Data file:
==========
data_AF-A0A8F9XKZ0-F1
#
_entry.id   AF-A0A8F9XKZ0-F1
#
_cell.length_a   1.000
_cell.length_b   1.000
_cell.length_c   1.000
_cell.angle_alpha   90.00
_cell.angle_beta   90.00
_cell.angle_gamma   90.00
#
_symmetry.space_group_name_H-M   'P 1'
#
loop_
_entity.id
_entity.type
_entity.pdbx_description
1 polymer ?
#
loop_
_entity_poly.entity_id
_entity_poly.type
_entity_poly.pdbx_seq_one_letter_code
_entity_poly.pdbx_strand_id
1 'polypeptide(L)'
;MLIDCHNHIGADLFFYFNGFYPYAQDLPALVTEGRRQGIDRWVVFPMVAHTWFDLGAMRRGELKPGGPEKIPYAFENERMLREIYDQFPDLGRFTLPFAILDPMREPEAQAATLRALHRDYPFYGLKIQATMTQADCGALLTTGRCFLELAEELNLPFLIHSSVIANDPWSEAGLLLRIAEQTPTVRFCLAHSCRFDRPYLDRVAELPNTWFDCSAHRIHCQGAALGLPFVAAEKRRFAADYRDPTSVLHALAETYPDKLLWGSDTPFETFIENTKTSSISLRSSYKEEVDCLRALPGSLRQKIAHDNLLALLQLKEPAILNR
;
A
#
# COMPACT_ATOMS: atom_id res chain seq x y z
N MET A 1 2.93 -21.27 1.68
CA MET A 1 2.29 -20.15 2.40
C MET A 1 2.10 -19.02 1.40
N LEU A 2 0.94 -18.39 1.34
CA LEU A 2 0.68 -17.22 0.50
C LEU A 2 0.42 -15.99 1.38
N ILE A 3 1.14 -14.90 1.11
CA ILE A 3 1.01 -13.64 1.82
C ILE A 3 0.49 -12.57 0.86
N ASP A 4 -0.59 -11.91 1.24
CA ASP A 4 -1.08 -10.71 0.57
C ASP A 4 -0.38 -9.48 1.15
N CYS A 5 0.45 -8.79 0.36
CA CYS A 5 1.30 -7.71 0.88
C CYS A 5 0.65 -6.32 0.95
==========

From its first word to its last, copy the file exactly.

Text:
data_AF-A0A8F9XKZ0-F1
#
_entry.id   AF-A0A8F9XKZ0-F1
#
_cell.length_a   1.000
_cell.length_b   1.000
_cell.length_c   1.000
_cell.angle_alpha   90.00
_cell.angle_beta   90.00
_cell.angle_gamma   90.00
#
_symmetry.space_group_name_H-M   'P 1'
#
loop_
_entity.id
_entity.type
_entity.pdbx_description
1 polymer ?
#
loop_
_entity_poly.entity_id
_entity_poly.type
_entity_poly.pdbx_seq_one_letter_code
_entity_poly.pdbx_strand_id
1 'polypeptide(L)'
;MLIDCHNHIGADLFFYFNGFYPYAQDLPALVTEGRRQGIDRWVVFPMVAHTWFDLGAMRRGELKPGGPEKIPYAFENERMLREIYDQFPDLGRFTLPFAILDPMREPEAQAATLRALHRDYPFYGLKIQATMTQADCGALLTTGRCFLELAEELNLPFLIHSSVIANDPWSEAGLLLRIAEQTPTVRFCLAHSCRFDRPYLDRVAELPNTWFDCSAHRIHCQGAALGLPFVAAEKRRFAADYRDPTSVLHALAETYPDKLLWGSDTPFETFIENTKTSSISLRSSYKEEVDCLRALPGSLRQKIAHDNLLALLQLKEPAILNR
;
A
#
# COMPACT_ATOMS: atom_id res chain seq x y z
N MET A 1 2.93 -21.27 1.68
CA MET A 1 2.29 -20.15 2.40
C MET A 1 2.10 -19.02 1.40
N LEU A 2 0.94 -18.39 1.34
CA LEU A 2 0.68 -17.22 0.50
C LEU A 2 0.42 -15.99 1.38
N ILE A 3 1.14 -14.90 1.11
CA ILE A 3 1.01 -13.64 1.82
C ILE A 3 0.49 -12.57 0.86
N ASP A 4 -0.59 -11.91 1.24
CA ASP A 4 -1.08 -10.71 0.57
C ASP A 4 -0.38 -9.48 1.15
N CYS A 5 0.45 -8.79 0.36
CA CYS A 5 1.30 -7.71 0.88
C CYS A 5 0.65 -6.32 0.95